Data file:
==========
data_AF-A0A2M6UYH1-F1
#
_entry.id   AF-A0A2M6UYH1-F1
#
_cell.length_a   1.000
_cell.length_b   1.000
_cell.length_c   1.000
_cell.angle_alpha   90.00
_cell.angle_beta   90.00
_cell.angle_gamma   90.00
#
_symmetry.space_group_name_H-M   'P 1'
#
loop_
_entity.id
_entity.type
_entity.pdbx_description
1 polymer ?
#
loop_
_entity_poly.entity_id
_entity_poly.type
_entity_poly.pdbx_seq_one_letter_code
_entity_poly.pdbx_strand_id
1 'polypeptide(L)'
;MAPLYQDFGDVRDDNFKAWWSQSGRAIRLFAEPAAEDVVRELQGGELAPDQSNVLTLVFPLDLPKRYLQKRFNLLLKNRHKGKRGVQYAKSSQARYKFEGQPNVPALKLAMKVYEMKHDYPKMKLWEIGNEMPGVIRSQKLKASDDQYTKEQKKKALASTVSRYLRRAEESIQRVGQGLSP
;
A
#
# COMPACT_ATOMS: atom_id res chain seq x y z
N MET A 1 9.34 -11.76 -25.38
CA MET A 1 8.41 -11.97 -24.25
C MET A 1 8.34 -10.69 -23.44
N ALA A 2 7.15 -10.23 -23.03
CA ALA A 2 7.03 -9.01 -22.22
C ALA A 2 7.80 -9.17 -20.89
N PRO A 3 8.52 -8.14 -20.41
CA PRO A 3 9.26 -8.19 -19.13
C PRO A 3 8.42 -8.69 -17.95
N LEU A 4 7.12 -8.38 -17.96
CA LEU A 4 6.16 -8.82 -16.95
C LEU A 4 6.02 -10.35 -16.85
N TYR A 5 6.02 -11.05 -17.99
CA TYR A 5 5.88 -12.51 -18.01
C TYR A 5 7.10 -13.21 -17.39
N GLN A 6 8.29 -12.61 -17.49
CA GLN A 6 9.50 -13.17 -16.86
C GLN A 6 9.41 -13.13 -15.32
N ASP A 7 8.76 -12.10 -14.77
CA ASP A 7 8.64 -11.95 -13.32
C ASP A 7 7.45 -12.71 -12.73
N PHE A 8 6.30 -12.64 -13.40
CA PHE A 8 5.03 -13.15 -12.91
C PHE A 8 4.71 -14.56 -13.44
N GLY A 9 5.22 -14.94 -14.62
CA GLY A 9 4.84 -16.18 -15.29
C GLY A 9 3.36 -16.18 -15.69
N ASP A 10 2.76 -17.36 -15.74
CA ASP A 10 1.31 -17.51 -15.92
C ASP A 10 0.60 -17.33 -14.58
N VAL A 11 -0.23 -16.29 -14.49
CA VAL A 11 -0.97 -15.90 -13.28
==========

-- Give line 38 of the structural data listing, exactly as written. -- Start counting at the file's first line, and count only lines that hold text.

CA PRO A 3 9.26 -8.19 -19.13